• Get started

    1 Quick start

    Install VASP and find the tutorial that suits you. You will need the VASP executable in your system path and a working directory in which you run the tutorials.

    export PATH=$PATH:path/to/vasp.X.X.X/bin
    export TUTORIALS="path/to/tutorials/working/directory"

    As a beginner, start with Atoms and molecules.

    2 Set up your workspace

    2.1 Install VASP

    Follow the guide to installing VASP 6.X.X on the VASP Wiki! To make the most of these tutorials, we recommend installing as many optional features as possible, such as hdf5 support, linking Wannier90, etc.

    2.2 Download tutorials (optional)

    The option to download a specific tutorial is given at the beginning of each tutorial. Try to download this page as Jupyter notebook!

    On a remote machine, you may use curl -O or wget.

    curl -O https://www.vasp.at/tutorials/latest/get_started.zip
    2.2.1 Using JupyterLab

    To open the notebook, we recommend using JupyterLab. It enables working with the terminal, Jupyter notebooks and more inside your browser.

    At the location of the notebook, enter

    jupyter lab

    This will open a workspace in a browser window.

    Advise: Above the file browser, you can see a plus-icon. Click it to open a new launcher and choose terminal to open a terminal window. To view the terminal and the notebook windows side-by-side, you can drag the tab to the bottom-center and hover until a blue area appears, then drop it. Because of the width of some output, we recommend to use a horizontal split view, rather than a vertical one.

    2.2 Install py4vasp (optional)

    The python package py4vasp is a convinient interface to VASP output. Most tutorials can be done at least partially without it, but we recommend installing py4vasp.

    3 Tips to get started

    3.1 Where to start

    The recommended order is to work from top to bottom in the navigation on the left-hand side. As a beginner, start with Atoms and molecules - Part 1: Introduction to VASP. It covers the basics of density-functional theory and ionic relaxation.

    To learn more about the theory, follow the VASP Channel on YouTube or attend a workshop. We look forward to seeing you there!

    3.2 Basic terminal commands

    Commands that you should familiarize yourself with are ls, cd, rm, cp, pwd, and bash. You can enter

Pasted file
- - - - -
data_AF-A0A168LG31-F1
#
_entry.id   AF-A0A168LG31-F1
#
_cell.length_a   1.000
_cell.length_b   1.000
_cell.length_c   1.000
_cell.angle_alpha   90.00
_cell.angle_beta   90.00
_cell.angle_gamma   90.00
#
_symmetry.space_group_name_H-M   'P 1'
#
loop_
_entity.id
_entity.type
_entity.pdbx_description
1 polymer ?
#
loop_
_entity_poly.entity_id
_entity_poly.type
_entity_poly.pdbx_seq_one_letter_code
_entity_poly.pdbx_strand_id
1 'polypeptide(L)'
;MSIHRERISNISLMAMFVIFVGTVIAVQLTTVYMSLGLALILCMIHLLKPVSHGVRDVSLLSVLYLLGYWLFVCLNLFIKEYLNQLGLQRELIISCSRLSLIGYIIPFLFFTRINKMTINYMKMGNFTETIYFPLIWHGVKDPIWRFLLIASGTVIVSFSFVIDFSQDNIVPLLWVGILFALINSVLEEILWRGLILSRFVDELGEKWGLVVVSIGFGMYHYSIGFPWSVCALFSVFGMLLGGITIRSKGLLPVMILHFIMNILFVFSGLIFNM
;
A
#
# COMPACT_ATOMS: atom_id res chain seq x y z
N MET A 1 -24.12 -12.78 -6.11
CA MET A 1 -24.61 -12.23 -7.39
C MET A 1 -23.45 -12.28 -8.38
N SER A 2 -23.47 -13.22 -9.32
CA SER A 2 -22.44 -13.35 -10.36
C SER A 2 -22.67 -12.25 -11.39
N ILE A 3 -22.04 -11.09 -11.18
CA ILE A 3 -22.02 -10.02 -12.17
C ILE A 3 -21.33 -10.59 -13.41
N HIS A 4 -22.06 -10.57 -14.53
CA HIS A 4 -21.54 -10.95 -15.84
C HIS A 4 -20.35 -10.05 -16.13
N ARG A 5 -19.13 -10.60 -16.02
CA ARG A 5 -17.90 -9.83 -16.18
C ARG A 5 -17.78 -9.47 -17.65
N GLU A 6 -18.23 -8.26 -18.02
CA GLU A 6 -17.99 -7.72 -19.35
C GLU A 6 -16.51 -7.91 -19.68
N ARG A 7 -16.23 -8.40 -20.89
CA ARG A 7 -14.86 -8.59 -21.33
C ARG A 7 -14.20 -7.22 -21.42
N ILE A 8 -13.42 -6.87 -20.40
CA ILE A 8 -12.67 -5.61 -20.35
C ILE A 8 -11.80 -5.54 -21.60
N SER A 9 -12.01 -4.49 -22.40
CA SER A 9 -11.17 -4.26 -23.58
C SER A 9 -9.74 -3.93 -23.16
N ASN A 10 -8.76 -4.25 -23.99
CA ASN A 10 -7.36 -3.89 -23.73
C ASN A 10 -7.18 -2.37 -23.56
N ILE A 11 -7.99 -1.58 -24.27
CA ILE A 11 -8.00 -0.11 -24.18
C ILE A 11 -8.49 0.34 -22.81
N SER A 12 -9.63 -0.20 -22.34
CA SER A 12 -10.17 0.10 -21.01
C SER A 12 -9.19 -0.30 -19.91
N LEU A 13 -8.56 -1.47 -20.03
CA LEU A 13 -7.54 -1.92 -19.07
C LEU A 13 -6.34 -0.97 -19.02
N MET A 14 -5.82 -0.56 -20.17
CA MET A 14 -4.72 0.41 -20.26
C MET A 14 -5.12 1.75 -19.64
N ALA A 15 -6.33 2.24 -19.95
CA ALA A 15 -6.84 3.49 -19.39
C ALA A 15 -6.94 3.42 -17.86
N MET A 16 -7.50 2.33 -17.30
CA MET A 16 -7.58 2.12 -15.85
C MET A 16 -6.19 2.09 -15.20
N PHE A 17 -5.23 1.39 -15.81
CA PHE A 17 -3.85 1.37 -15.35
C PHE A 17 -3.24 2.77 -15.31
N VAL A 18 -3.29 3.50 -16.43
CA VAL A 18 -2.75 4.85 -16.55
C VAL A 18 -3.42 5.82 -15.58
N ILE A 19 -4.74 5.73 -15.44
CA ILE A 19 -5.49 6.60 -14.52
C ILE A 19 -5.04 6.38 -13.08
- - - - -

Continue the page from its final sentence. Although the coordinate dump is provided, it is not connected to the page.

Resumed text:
man cmd

    into the terminal and hit enter to get a manual for the command cmd. Replace cmd with the command you do not know, and press q to quit the manual. Also check out

    mpirun --help

    Alternatively, you can search on your favorite search engine. Other commands that might come in handy include tail -f, cat, vim.

    3.3 vasp_rm

    It is handy to create a bash executable named vasp_rm and add it to your system path. The script should remove all files that are written by VASP, and hence might read as follows


    Depending on the kind of calculations you want to run you may omit or add files to that list.

    Then, you can enter the follwing in the directory which you want to clean up:


    If you want to keep selected files, you can rename them, for instance

    cp OUTCAR OUTCAR.ref

    or with any other change in the filename.

    4 Find help

    The VASP Wiki is the user manual for VASP. Also, check out the documentation of py4vasp.

    Meet the VASP Community in the VASP Forum! Here, you can ask questions to other users and get technical support from the VASP Team.

  • Atoms and Molecules

    Isolated atoms and molecules are a good starting point to run your first VASP calculation and get familiar with the basic input and output. At the beginning of each example, you can see exactly what you will learn and in the end there are a couple of questions to test yourself.

    Further resources

    For lectures, check out the latest videos on the VASP Channel. Also check out the VASP Wiki for a detailed documentation on features in VASP.

  • Bulk systems

    A bulk system is a model for the part of matter which is not influenced by its surface. In this tutorial, let us focus on modelling crystals that have a small unit cell with periodic boundary conditions. You can learn how to perform density-functional-theory calculations and structure optimization in VASP.

    Further resources

    For lectures, check here:

  • Molecular dynamics

    Molecular dynamics (MD) is used to simulate the motion of atoms (and molecules) according to the forces acting on each particle at each time step. Here, you can learn how to perform MD simulations in VASP.

    Further resources

    For lectures, check here:

    Also check out the Category:Molecular Dynamics on the VASP Wiki for a detailed documentation of MD features implemented in VASP.

  • Hybrid functionals

    Hybrid functionals represent a special category of exchange-correlation functionals, that mix some amount of Fock exchange into a density functional. This approach is inspired by the well-known Hartree–Fock (HF) method, which has an exact solution for uncorrelated systems.

    Further resources

    For lectures, check here:

    Also check out the hybrids-functionals category on the VASP Wiki for a detailed overview of hybrid functionals implemented in VASP.